On Limitations and Idiosyncrasies, Part 1.5: We don’t really do that “new new” ’round these parts…

And this isn’t really “new” per se–I believe the song was released sometime in fall ’09 and this video dropped in February–but it came to me in an e-mail and has been steadily growing on me over the last few weeks. I’m not so crazy about the video which is fun and typical and frenetic without being particularly gripping (some parts are well shot but a lot of those shots do seem to be products of a nice camera). The beat breathes and bumps nicely with the sounds of spring and summer, an energized, upbeat production that’s just bassy enough to bother the people in the car next to you. Dude Royal (the guy on the first and third verses) is pretty nice, certainly an average rapper who’s able to (mostly) stay on beat and deliver some charming lines (although in light of Trey Songz’ apparent invention of sex, anything that isn’t a brazen come on seems quaint and downright romantic). Dude Royal’s probably like Kid CuDi if CuDi chose to just rap instead of trying to rap and sing at the same time.

I just keep coming back to Rob Roy.

We’ve spent a lot of time here discussing and debating the idea of idiosyncratic artists and the difference between seeing the abilities of your heroes as a ceiling and, conversely, using them as a floor to build upon. Well I’m damn confused by Rob Roy. His flow is so clearly derivative of Andre 3000’s that he should probably put quotation marks around his mouth. But in listening to other songs of his (off of his interesting and mostly enjoyable debut King Warrior Magician Lover) it’s evident that he has stylistic and thematic quirks that are all his own. He’s much more intent on consistently playing with space and pauses than Andre*, leading to an almost abrasive stop-start style that often obscures words but clearly encourages and rewards repeat listens (you can hear this on “Don’t Go” and very clearly on “King Warrior Magician Lover,” posted below, which has a beat that also seems to borrow whole cloth from the frenetic pacing and percussion of Outkast’s seminal hit “B.O.B.”).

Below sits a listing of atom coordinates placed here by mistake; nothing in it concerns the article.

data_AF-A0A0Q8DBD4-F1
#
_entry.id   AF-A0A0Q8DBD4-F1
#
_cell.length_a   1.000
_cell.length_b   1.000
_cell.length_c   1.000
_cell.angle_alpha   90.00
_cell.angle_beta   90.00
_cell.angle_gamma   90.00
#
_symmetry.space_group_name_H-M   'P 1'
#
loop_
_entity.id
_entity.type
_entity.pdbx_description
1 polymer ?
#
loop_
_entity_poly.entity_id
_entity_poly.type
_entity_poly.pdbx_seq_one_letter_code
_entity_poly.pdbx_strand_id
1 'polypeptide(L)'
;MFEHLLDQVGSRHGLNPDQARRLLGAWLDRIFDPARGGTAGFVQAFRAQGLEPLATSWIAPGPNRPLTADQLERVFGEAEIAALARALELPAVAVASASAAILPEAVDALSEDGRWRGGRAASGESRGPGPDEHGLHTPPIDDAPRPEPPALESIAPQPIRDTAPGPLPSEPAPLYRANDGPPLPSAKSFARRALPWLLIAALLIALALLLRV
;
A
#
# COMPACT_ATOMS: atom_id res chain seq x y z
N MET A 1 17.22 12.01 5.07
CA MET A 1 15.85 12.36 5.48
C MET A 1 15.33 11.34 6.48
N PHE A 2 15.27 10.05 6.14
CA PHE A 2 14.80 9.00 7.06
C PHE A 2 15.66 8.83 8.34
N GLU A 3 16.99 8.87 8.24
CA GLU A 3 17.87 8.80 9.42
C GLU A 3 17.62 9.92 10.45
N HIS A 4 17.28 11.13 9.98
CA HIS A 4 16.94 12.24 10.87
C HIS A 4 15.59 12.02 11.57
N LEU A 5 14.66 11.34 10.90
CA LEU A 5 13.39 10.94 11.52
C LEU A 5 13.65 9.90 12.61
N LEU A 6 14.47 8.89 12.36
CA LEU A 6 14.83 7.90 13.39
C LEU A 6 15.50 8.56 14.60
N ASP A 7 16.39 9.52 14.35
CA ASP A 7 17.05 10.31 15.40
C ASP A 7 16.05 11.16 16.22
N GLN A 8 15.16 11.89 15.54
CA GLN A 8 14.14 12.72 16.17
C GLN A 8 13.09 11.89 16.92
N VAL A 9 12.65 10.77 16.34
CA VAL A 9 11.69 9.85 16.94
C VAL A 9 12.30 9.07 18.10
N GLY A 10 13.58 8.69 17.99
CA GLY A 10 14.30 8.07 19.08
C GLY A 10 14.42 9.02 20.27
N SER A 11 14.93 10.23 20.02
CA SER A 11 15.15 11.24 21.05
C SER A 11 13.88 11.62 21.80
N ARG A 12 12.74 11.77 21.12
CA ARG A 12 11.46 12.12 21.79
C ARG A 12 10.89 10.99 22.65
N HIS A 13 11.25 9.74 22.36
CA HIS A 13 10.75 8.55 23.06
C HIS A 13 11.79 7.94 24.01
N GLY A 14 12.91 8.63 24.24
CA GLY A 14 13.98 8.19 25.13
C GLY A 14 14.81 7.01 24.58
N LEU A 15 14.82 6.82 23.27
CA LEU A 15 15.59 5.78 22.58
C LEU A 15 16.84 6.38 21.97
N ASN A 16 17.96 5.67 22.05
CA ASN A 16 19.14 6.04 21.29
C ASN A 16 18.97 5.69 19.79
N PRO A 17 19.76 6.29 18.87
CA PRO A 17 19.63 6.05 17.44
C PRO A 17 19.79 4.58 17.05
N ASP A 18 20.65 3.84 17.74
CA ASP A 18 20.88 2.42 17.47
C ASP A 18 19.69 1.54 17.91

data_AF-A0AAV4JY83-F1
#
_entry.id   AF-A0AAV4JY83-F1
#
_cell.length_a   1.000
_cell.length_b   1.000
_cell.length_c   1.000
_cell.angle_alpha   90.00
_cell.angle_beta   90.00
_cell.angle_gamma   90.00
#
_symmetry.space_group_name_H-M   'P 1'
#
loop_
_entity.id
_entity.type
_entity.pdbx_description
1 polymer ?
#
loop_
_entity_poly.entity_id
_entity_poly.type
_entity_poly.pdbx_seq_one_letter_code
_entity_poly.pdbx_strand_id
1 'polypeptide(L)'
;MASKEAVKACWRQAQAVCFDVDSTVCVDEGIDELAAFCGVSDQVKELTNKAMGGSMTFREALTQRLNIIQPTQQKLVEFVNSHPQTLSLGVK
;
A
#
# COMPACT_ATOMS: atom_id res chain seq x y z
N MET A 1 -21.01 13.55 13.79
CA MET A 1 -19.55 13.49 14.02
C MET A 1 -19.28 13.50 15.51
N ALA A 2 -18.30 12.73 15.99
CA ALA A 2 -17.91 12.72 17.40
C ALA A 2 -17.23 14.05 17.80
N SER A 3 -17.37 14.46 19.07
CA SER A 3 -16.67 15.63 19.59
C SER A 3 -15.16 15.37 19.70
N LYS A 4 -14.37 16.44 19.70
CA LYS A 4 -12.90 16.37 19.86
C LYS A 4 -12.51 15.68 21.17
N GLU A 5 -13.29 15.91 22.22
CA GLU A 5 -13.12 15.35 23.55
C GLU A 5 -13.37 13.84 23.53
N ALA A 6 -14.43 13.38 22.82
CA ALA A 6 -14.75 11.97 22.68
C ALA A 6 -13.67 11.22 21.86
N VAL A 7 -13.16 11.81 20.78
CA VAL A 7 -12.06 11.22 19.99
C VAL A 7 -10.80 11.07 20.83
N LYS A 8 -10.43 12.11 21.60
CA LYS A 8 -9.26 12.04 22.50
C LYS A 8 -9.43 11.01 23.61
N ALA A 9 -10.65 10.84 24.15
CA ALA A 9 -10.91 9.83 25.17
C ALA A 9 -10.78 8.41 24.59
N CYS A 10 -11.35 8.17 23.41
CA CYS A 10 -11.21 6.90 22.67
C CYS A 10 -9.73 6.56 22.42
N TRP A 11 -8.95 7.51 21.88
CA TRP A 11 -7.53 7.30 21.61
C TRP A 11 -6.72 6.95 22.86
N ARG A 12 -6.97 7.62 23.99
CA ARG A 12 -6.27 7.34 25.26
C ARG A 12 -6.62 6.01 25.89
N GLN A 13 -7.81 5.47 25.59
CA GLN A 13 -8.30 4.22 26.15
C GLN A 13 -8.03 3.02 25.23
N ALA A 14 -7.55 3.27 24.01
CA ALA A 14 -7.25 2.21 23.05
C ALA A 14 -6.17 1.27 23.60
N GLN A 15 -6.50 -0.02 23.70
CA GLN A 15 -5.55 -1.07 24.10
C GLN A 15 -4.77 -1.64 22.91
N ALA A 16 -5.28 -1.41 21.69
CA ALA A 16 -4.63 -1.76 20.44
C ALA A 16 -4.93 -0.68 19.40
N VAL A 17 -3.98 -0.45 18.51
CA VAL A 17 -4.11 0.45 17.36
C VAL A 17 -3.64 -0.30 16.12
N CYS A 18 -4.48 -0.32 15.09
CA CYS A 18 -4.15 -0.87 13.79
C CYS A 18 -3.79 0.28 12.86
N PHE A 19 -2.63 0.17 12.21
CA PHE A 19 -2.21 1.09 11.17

I think that Rob Roy is an interesting case study in the battle between forebears as untouchable idols of artistic perfection and titans providing the tools to rise even higher. He could very easily fall into the trap of just being an Andre 3000 clone and he’d probably be better than 90% of rappers for it. Alternatively he could become something much greater, a la Yelawolf who has clearly internalized the rhythms and flowing tics of an Andre 3000 and employs them to his advantage when necessary. Like Yelawolf, Freddie Gibbs, and Pill, it’s a bit early in the game to be passing judgment, but I certainly think Rob Roy is one to watch and an artist with the tools to transcend his influences. Definitely looking forward to seeing what he does next.

Hip Hop is alive, people. Stop telling yourselves damaging, barren myths that only help justify your undying love for the Golden Age and disdain for Jeezy. Open your ears.

*For the record, as I believe I’ve said before, I think Andre 3000 is the best rapper alive or dead. At any given time he’s liable to pull out any number of poetic devices in service of delivering his often complex metaphors and images. He certainly employs the same starting and stopping seen throughout Rob Roy’s raps, but he uses it much more sparingly and often to far more dramatic effect because of his careful choices. The only rapper that really comes close to him in terms of rhythmic and poetic complexity is Pharoahe Monch. Peak-level Eminem is somewhere near them.

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